You and your partner just had a fight.  It was awful.  There was a lot of yelling, name calling, and nasty accussations.  You’ve had that kind of fight before, but this time was different.  This time your partner actually hurt you, or did something that made you truly fear that he/she was going to hurt you.  You managed to get away, and are sitting at your friend’s house wondering what to do now.  Maybe you were living with your partner and left him/her in the home you shared, maybe you have children together and took them with you to safety, maybe you’ve only been dating a few weeks.  Regardless, the question remains…..what can you do to protect yourself, and your children, from experiencing that kind of violence again.

Orders for Protection (OFP)

One solution is to obtain an Order for Protection, otherwise known as an OFP

A person can go to court and get an Order for Protection against a family or household member who commits an act of “domestic abuse.”  Domestic Abuse is defined as:

  1. Physical harm, bodily injury, or assault;
  2. The infliction of fear of imminent physical harm, bodily injury or assault; or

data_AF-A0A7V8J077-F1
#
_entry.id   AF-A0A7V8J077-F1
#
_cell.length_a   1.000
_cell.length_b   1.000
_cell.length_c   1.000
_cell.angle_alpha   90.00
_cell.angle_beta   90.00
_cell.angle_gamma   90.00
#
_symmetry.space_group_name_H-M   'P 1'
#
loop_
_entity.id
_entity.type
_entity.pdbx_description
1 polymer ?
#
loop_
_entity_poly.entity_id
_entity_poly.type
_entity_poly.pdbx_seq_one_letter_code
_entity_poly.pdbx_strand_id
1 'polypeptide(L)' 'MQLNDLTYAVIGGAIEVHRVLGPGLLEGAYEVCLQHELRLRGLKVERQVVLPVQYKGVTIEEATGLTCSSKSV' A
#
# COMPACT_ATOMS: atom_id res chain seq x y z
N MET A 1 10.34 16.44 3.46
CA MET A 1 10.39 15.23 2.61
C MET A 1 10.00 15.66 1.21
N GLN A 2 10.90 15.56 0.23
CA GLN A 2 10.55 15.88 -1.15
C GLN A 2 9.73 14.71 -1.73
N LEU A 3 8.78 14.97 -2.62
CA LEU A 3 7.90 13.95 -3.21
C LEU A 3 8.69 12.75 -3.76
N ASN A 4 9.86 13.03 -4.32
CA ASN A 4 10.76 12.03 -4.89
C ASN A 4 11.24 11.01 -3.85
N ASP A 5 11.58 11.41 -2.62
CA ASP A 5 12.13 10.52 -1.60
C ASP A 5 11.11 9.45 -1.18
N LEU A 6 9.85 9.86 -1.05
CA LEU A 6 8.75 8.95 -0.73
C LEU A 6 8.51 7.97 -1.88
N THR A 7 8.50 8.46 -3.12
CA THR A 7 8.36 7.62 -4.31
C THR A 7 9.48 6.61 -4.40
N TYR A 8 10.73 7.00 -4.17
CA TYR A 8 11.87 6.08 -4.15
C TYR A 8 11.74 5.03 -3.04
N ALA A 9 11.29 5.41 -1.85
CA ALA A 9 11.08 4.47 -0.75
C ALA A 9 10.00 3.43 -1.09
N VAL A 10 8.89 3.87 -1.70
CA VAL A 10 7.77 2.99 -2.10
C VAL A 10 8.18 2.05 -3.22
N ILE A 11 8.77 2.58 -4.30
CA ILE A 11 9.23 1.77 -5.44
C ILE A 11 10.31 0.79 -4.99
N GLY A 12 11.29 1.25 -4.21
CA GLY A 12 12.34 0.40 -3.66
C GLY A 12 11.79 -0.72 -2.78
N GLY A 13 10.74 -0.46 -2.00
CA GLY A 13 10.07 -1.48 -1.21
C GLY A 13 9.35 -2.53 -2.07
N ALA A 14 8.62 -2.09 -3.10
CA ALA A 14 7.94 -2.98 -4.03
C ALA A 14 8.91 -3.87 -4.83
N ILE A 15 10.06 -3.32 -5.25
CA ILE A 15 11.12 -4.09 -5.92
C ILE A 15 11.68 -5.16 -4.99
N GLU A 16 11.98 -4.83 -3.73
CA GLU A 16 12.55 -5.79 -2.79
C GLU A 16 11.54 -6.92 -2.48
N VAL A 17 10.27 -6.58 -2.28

3. Terroristic threats, criminal sexual conduct, or interference with an emergency call.

Once you have proven to the judge that your partner committed an act of domestic abuse against you or the children, the judge will issue an Order for Protection.  In the Order for Protection the judge has the power to do the following;

  1. Restrain your partner from committing further acts of domestic abuse;
  2. Exclude your partner from your home, or the home you shared together;
  3. Exclude your partner from a reasonable area surrounding your home;
  4. Award you temporary custody of the children and establish temporary parenting time for your partner;
  5. Order your partner to pay temporary child support;
  6. Provide counseling if you are married or there are children;
  7. Order your partner to participate in treatment or counseling;
  8. Award temporary use and possession of property;
  9. Exclude your partner from where you work;
  10. Order your partner to have no contact with you either in person, by phone, e-mail, or any other means;
  11. Order your partner to reimburse you for property damaged due to his/her violent conduct; and
  12. Order your partner to not cancel any existing insurance coverage.

Hopefully once the Order for Protection is in place and you feel safer, you will be able to plan more clearly for your future.  The Order for Protection can remain in place for up to two years, during which time you can obtain a divorce or take other more permanent steps to ensure your future safety.

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